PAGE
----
Sev­enth heaven

BMW has ramped up the com­fort fac­tor and added world-first gad­getry with­out com­pro­mis­ing the drive

Herald Sun - Motoring - - PRESTIGE - CRAIG DUFF

FIRST im­pres­sions count and BMW’s flag­ship 7 Se­ries im­presses im­me­di­ately from the front or back seats. Be­yond the im­pos­ing pro­file, leather trimmed in­te­rior and tech­laden cock­pit is a chas­sis that is true to the Bavar­ian brand’s ethos of build­ing driv­ers’ cars.

That’s a big ask in a car this size but BMW achieves it by us­ing the car­bon fi­bre re­in­forced plas­tics first seen in the elec­tric i3 and i8, com­bined with self-lev­el­ling air sus­pen­sion and the ex­pected driv­ing modes that sharpen the car’s re­ac­tions to in­puts from the steer­ing wheel and ped­als.

It’s no 3 Se­ries to sling­shot through the turns … but no 3 Se­ries can ac­com­mo­date four adults (there’s room for five but that would in­trude on the back seat am­bi­ence and halt de­ploy­ment of the cen­tre fold­down ta­ble/in­fo­tain­ment screen) in this level of el­e­gance.

The in­te­rior is more con­ser­va­tive than the Mercedes S-Class but what it lacks in vis­ual wow fac­tor it atones for in ma­te­ri­als and the way the func­tions are man­aged.

The iDrive con­troller is now com­ple­mented by a touch­screen to give driv­ers the op­tion of us­ing voice com­mands, the screen it­self or the ro­tary dial to reg­u­late in­te­rior oper­a­tions.

BMW has also fit­ted a range of “world first” fea­tures to the 7 Se­ries. The key has an in-built screen to show the car’s sta­tus, pre-set the air­con­di­tion­ing and re­motely start the car, while the au­dio and Blue­tooth phone can be op­er­ated by ges­ture con­trol, in what is ei­ther a glimpse of the fu­ture or a to­ken ges­ture (sorry) de­pend­ing on whether you are techno­phobe or technophile.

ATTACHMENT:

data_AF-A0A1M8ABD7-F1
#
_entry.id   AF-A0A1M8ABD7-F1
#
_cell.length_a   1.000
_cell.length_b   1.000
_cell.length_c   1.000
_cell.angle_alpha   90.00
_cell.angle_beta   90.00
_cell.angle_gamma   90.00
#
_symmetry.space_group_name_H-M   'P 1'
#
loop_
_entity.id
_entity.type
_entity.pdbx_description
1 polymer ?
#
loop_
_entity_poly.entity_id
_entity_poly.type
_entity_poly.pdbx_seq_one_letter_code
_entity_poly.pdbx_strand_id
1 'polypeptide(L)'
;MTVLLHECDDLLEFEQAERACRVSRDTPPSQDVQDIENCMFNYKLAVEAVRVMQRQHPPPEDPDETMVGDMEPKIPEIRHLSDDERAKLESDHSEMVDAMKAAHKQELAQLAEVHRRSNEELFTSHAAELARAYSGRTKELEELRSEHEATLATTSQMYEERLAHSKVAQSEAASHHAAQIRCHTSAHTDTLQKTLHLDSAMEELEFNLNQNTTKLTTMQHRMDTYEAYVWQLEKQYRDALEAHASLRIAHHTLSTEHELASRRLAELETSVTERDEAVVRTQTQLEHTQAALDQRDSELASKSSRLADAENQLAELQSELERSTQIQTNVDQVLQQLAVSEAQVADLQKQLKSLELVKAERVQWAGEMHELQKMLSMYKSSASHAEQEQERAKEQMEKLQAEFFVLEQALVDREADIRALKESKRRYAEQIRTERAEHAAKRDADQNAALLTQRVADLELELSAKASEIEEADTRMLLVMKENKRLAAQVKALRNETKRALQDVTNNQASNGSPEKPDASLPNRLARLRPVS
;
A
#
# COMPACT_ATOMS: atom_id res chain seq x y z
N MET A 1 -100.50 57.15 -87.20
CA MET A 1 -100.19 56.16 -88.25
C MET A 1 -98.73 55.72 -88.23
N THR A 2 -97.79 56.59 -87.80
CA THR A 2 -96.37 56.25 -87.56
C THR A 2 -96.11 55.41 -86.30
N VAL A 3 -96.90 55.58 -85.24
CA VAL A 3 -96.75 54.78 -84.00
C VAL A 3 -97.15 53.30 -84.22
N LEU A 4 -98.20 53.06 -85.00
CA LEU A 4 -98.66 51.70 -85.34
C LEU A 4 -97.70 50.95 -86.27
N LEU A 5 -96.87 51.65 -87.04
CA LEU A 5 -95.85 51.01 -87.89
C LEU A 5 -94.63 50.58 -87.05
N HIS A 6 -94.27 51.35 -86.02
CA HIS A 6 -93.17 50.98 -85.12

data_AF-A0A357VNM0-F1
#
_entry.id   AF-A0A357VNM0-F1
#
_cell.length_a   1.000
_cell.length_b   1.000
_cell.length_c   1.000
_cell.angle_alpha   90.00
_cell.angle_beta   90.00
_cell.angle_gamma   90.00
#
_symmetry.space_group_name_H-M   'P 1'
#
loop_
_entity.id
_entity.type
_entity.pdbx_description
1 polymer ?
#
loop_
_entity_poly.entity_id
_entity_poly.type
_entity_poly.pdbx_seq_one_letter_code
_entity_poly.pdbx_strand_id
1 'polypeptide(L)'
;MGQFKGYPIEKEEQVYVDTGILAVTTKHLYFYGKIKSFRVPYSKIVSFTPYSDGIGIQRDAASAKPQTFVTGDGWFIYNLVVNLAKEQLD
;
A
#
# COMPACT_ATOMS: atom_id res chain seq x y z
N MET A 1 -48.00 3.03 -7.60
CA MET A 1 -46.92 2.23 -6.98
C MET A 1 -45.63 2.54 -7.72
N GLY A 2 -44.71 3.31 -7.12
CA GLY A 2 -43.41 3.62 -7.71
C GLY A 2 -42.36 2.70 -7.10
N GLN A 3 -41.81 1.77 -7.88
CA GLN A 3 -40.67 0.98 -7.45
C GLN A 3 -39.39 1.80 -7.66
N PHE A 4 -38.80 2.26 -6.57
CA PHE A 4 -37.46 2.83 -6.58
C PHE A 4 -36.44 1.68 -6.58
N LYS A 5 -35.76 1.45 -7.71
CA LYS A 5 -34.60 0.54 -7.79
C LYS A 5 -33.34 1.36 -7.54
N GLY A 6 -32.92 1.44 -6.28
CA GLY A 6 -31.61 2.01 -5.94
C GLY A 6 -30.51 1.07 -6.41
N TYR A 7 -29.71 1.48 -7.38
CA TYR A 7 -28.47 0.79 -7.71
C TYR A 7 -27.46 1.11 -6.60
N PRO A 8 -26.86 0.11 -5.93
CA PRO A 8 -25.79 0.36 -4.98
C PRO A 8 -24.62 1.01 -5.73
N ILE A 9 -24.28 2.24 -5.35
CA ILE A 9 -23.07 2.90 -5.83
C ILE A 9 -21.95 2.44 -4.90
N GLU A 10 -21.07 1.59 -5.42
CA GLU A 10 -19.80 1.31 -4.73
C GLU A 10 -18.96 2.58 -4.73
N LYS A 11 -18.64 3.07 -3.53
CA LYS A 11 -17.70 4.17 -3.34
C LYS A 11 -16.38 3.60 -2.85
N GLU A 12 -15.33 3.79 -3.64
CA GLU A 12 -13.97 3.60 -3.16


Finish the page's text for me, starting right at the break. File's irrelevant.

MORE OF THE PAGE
The sys­tem works within a fairly nar­row range and Cars­guide found it quicker — and less dis­tract­ing — to ad­just the vol­ume us­ing the steer­ing wheel-mounted but­tons rather than making a cir­cu­lar mo­tion in the mid­dle of the dash. Swip­ing left or right to ac­cept or re­ject in­com­ing calls is eas­ier … but there’s a but­ton on the wheel that achieves the same re­sult with­out need­ing to lift a hand from the tiller.

The safety suite in­cludes au­ton­o­mous emer­gency brak­ing, adap­tive cruise con­trol with stop-and-go, lane keep­ing as­sist and blind spot warn­ings. For now driv­ers have to keep their hands on the wheel when the BMW is self-steer­ing but it’s fairly ob­vi­ous that’s a con­ces­sion to the reg­u­la­tions rather than the 7 Se­ries’ abil­ity to read the road.

Some­times it is the lit­tle touches that truly ap­peal and the 7’s switchgear is now crafted from al­loy to im­prove the look and feel un­der the fin­gers.

Like­wise the heat­ing sys­tem ex­tends to the front seats, steer­ing wheel, door arm­rests and cen­tre con­sole. It may sound over the top but it will be ap­pre­ci­ated on chilly morn­ings or when re­turn­ing from a week­end of ski­ing.


Ag­ile is not a word nor­mally as­so­ci­ated with 5.1-me­tre long sedans yet it ap­plies here. The big Beemer is gen­uinely en­ter­tain­ing on back roads with the mode se­lec­tor set to sport or adap­tive. There’s some body roll as it leans into cor­ners — the V8-pow­ered 750i due next year uses electro­mechan­i­cal roll bars and lever­ages the stereo cam­eras to read lumps in the road ahead and pre-set the dampers to com­pen­sate — but at le­gal speeds most pas­sen­gers won’t be per­turbed.

The eight-speed auto plays a big part in keep­ing the in­ter­nal seren­ity. It shifts with the smooth­ness of a tai chi mas­ter — if at a touch quicker pace — and is the best in the busi­ness.

The en­try level 730d starts (the op­tions list is long and ex­pen­sive) at $217,500 and doesn’t drive or sound like a main­stream oil­burner. Lay­ers of in­su­la­tion means the tra­di­tional clat­ter just can’t be heard. The six-cylin­der 740i is $224,200 or $238,000 for the long wheel­base vari­ant that pre­sum­ably is used to ferry NBA bas­ket­ballers of An­drew Bogut stature.


The new 7 Se­ries proves com­fort needn’t com­pro­mise chas­sis con­trol. Hire car com­pa­nies will love the legroom and boot space and owner driv­ers will brag about the bling and the drive. And so they should.

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